What now for Sheffield's John Lewis? A week of reaction and innovative ideas from the city

Sheffield’s talent for creativity has shone brightly as people have shared their ideas on what the city’s John Lewis store could become after it was earmarked for closure.

Wednesday, 31st March 2021, 1:03 pm
Updated Wednesday, 31st March 2021, 1:08 pm
Moving messages left on the doors of John Lewis in Sheffield from shoppers

The shock news last week caused a city-wide outcry that is still rumbling on more than a week after the retailer announced it was set to close its historic Barkers Pool store, blaming the Covid-19 pandemic and internet shopping for the decision.

Shoppers who have grown up with the former Cole Brothers store shared their memories, and moving messages on heart shaped cards, as well as a team photograph of some of the 299 staff or ‘partners’ at risk of losing their jobs, have been posted to the doors of the building.

"John Lewis Sheffield is the only reason I come into the city centre”, reads one message.

Artist Pete McKee.

"The staff are so beyond helpful, always have your best interests at heart and are super friendly.”

To date, more than 21,000 people have also signed a petition to ‘stop John Lewis Sheffield closing, and in turn, stop the city of Sheffield from falling into stagnation.’ And there has been a predictable backlash to John Lewis’ suggestions that people could drive to Leeds to shop with the retailer.

But there has also been a movement of people saying that this could be a new opportunity for Sheffield.

City academic Tom Hunt suggested ‘social housing, rooftop gardens, an arts and concert venue and a new home for the Graves Gallery’.

Moving messages left on the doors of John Lewis in Sheffield from shoppers

Mr Hunt, deputy director of the Sheffield Political Economy Research Institute at the University of Sheffield, said the building should not be demolished because ‘the greenest building is the one that already exists’.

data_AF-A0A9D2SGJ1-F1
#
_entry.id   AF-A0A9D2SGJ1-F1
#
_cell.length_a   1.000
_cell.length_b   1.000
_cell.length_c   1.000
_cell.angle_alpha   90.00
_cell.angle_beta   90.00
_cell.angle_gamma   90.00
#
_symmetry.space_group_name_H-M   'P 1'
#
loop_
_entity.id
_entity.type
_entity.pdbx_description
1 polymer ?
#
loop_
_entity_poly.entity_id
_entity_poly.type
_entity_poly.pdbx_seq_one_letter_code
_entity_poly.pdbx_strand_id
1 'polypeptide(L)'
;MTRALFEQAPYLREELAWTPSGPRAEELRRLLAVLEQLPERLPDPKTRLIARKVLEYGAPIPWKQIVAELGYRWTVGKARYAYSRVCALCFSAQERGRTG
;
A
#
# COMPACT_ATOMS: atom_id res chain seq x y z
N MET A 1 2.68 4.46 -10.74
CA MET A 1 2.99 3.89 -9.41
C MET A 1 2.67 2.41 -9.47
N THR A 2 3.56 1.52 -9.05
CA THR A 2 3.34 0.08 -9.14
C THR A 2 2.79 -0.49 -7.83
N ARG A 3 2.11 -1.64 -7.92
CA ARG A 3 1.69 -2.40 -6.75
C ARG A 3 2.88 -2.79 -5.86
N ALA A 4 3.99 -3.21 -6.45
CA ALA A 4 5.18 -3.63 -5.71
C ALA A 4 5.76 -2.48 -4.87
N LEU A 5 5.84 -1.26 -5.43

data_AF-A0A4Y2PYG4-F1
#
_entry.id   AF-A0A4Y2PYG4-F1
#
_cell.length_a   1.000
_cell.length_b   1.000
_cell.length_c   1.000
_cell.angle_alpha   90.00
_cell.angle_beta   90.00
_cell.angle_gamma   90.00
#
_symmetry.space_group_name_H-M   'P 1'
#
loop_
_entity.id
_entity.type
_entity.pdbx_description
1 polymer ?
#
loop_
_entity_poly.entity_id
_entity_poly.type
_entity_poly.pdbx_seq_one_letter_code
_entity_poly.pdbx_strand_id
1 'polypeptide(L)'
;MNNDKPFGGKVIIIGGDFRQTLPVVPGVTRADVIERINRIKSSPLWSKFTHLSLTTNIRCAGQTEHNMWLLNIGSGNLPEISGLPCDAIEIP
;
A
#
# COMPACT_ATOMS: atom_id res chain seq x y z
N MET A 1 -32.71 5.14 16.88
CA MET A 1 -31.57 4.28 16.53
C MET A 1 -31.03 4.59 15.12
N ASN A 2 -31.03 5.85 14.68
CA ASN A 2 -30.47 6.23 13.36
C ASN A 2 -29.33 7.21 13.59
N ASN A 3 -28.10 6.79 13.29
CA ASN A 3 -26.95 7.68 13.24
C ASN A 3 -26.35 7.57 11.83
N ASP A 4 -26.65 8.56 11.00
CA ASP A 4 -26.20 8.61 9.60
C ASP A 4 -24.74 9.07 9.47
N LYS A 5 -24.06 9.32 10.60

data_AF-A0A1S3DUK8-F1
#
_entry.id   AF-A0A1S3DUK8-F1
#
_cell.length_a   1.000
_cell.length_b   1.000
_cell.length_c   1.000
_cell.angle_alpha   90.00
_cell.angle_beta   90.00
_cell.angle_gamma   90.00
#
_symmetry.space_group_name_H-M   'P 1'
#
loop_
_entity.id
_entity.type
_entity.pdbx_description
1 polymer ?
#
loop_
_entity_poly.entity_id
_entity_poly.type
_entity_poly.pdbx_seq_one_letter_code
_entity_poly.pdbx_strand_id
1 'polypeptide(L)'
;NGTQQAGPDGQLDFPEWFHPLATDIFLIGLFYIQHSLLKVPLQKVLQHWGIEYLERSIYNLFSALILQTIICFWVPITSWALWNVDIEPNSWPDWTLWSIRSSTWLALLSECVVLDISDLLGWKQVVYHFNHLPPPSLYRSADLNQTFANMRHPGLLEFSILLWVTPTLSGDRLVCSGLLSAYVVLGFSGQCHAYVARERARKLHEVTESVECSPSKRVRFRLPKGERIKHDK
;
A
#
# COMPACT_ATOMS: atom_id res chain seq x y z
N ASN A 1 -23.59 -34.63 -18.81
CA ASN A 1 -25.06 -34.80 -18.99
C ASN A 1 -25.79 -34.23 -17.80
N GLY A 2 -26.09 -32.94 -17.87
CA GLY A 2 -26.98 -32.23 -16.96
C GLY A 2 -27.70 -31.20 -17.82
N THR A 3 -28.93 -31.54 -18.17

He wrote: “Sheffield Council has control of the building with a 20-year lease signed in 2020 with John Lewis so let’s use this opportunity and run a big public debate about future use and hold an international architectural design competition to realise a new vision.

“City centres are changing and there is a lot that could be done.

“So, some ideas...The ground floor spaces facing Barker’s Pool could be opened up for cafes and restaurants with large outdoor seating space in front. Barker’s Pool could become an even better, busier public square.”

John Lewis has unveiled plans to build rental homes at 20 sites above or beside Waitrose supermarkets around the UK.

Mr Hunt added: “John Lewis says they want to become a landlord so let's hold them to it. Convert the top floors into high quality social housing at the heart of the city with rooftop gardens. This would be true to its cooperative values and sense of purpose.

“There's long been talk about how Sheffield needs a new arts and concert venue to house a new Sheffield Symphony Orchestra. Could the lower ground floor be converted into a new performance and rehearsal space?

“Or how about relocating Graves Gallery from it's current tired location to convert John Lewis' high-ceiling spaces into big new, accessible public galleries? Move the public library too? Create our very own House of Culture like Stockholm's Kulturhuset.”

Sheffield artist Pete McKee said there was an ‘‘opportunity in Sheffield to be ahead of the game. Move forward.”

He suggested it could become an artisan market with a different theme each weekend.

Sheffield Council’s chief executive Kate Josephs has urged people to send in their “radical ideas” as the city recovers from the blow.

She said: “Let's hear from those with real creativity and real imagination. Coming out of the pandemic, let this now be the time to do it. We can decide it's the death knell for the city centre or decide to build the city of the future people want to visit.”

Last summer, the council bought the building from John Lewis to ensure it did not end up boarded up if the shop closed.

Council officials have said John Lewis will have to pay the authority for breaking its 20-year rent agreement.

It has also been reported that John Lewis could now seek to open a smaller store in the city.

John Lewis has said that they will discuss the proposal for closure in consultation with ‘partner’ staff.

A spokesman said: “We are incredibly grateful for the support our shop has received - the strength of feeling, combined with the heritage of our shop in the city, underlines what a difficult decision proposing to close has been.

“Our plans for smaller format shops remain in the early stages and no locations are confirmed.

"While we would be open to discussing potential sites in the future, our John Lewis Sheffield shop is a proposed closure so it would not be appropriate to comment further."